Your students may have a permanent frown on their face because they only sound they hear all day long is your voice. Try incorporating some music into your classroom to help give your students something different to hear. Research has shown that music affects our feelings and energy levels. It’s also a powerful tool to make us happy. Whenever you get the opportunity to incorporate music into your classroom, do so: Your students will thank you for it. It will make you happier as well.
Students are always being told what to do, and rarely get the chance to make any choices for themselves. Try giving your students a choice in what or how they will learn. This is a great way to make your students happy. It also shows them that you trust them, and it gives them a little independence.
Is your classroom the type of classroom that is all work and no play? If so, then that may be the reason why your students are unhappy. According to research, play is an important part of a child’s development. In fact, it helps them grow physically, mentally, socially, and emotionally. It also keeps them healthy, burns off energy, and gives them exposure to learn through others. It’s a great creative outlet, and it teaches children how to interact with others. So next time you want to cancel recess, think again.
Breaks are essential for your students. In fact, research has proven that students learn best when they are given the opportunity to rest their brain throughout the school day. If you find that your students are unhappy, then try a brain break. The purpose of a brain break is to refocus students so they will learn better. After each lesson, take the time to give students a quick brain break, all it takes is about five minutes and you will definitely see a happier classroom.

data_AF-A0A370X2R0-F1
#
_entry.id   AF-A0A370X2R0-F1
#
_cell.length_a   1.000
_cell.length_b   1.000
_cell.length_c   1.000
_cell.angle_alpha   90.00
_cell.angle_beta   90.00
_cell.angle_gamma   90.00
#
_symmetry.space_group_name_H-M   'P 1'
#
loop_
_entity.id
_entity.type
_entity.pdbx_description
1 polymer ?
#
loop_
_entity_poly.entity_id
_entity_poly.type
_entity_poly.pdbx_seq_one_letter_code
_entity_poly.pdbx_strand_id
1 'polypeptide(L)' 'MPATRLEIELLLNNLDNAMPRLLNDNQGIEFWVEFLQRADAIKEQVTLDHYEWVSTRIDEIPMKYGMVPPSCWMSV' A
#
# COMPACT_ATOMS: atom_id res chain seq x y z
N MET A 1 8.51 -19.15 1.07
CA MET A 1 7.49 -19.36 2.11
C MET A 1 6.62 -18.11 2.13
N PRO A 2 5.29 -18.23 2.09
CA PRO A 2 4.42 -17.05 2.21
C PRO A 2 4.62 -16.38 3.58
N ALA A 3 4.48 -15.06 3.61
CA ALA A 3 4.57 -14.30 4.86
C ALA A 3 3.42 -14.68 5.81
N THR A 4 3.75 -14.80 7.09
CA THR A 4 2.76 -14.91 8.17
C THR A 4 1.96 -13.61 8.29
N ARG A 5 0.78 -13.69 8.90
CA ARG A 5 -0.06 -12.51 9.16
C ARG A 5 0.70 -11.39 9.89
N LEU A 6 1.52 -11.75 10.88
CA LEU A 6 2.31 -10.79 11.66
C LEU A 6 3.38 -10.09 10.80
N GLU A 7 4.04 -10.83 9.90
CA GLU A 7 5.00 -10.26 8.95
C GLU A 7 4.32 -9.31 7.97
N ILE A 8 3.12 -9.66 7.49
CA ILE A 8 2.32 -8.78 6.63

Many teachers feel that school is for learning and not socializing. However, providing opportunities for students to get social with their peers, you’ll see that students will establish better relationships with their classmates, which can help promote a positive classroom environment. Getting social and talking about things other than schoolwork can also make students happy. Try giving students 10 minutes at the end of the day to just talk with their classmates. You can even invite the classroom next door to join in on the fun.
Are your students unhappy? How do you use classroom management to make them happy? Do you have any tips or ideas that work well for you? Please share with us in the comment section below. We would love to hear your thoughts and ideas.
Janelle Cox is an education writer who uses her experience and knowledge to provide creative and original writing in the field of education. Janelle holds Masters of Science in Education from the State University of New York College at Buffalo. She is a contributing writer to TeachHUB.com, TeachHUB Magazine, and Hey Teach. She was also the Elementary Education Expert for About.com for five years. You can follow her on Twitter @empoweringed, on Facebook at Empowering K12 Educators, or contact her at Janellecox78@yahoo.com.